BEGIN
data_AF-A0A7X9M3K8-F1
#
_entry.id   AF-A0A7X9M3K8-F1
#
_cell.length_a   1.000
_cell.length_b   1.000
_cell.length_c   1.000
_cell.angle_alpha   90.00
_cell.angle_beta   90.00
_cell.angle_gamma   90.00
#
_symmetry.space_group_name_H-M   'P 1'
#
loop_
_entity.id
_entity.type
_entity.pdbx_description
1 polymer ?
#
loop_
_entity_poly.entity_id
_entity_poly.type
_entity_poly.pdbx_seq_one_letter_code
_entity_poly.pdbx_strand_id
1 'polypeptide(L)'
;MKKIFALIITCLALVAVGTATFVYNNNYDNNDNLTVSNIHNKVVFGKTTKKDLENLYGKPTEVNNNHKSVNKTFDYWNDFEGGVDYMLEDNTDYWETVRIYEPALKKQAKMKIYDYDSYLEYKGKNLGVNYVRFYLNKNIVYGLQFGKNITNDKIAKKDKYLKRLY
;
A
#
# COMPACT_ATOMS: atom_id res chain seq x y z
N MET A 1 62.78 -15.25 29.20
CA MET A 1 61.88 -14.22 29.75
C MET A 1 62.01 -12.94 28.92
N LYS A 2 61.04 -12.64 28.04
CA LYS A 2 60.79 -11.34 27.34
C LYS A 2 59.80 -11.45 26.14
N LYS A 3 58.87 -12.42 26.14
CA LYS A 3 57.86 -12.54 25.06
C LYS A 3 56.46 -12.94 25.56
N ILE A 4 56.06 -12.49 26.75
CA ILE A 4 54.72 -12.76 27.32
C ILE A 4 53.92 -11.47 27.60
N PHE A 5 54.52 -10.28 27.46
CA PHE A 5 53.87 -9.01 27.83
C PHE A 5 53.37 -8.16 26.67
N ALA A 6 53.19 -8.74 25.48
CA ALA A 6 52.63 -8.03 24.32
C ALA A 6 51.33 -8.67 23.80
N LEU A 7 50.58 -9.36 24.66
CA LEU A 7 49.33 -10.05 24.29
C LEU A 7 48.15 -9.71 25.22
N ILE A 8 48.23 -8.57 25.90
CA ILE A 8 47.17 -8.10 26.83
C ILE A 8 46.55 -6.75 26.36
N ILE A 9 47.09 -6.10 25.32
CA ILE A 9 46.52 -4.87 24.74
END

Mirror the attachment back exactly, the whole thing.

data_AF-A0A7X9M3K8-F1
#
_entry.id   AF-A0A7X9M3K8-F1
#
_cell.length_a   1.000
_cell.length_b   1.000
_cell.length_c   1.000
_cell.angle_alpha   90.00
_cell.angle_beta   90.00
_cell.angle_gamma   90.00
#
_symmetry.space_group_name_H-M   'P 1'
#
loop_
_entity.id
_entity.type
_entity.pdbx_description
1 polymer ?
#
loop_
_entity_poly.entity_id
_entity_poly.type
_entity_poly.pdbx_seq_one_letter_code
_entity_poly.pdbx_strand_id
1 'polypeptide(L)'
;MKKIFALIITCLALVAVGTATFVYNNNYDNNDNLTVSNIHNKVVFGKTTKKDLENLYGKPTEVNNNHKSVNKTFDYWNDFEGGVDYMLEDNTDYWETVRIYEPALKKQAKMKIYDYDSYLEYKGKNLGVNYVRFYLNKNIVYGLQFGKNITNDKIAKKDKYLKRLY
;
A
#
# COMPACT_ATOMS: atom_id res chain seq x y z
N MET A 1 62.78 -15.25 29.20
CA MET A 1 61.88 -14.22 29.75
C MET A 1 62.01 -12.94 28.92
N LYS A 2 61.04 -12.64 28.04
CA LYS A 2 60.79 -11.34 27.34
C LYS A 2 59.80 -11.45 26.14
N LYS A 3 58.87 -12.42 26.14
CA LYS A 3 57.86 -12.54 25.06
C LYS A 3 56.46 -12.94 25.56
N ILE A 4 56.06 -12.49 26.75
CA ILE A 4 54.72 -12.76 27.32
C ILE A 4 53.92 -11.47 27.60
N PHE A 5 54.52 -10.28 27.46
CA PHE A 5 53.87 -9.01 27.83
C PHE A 5 53.37 -8.16 26.67
N ALA A 6 53.19 -8.74 25.48
CA ALA A 6 52.63 -8.03 24.32
C ALA A 6 51.33 -8.67 23.80
N LEU A 7 50.58 -9.36 24.66
CA LEU A 7 49.33 -10.05 24.29
C LEU A 7 48.15 -9.71 25.22
N ILE A 8 48.23 -8.57 25.90
CA ILE A 8 47.17 -8.10 26.83
C ILE A 8 46.55 -6.75 26.36
N ILE A 9 47.09 -6.10 25.32
CA ILE A 9 46.52 -4.87 24.74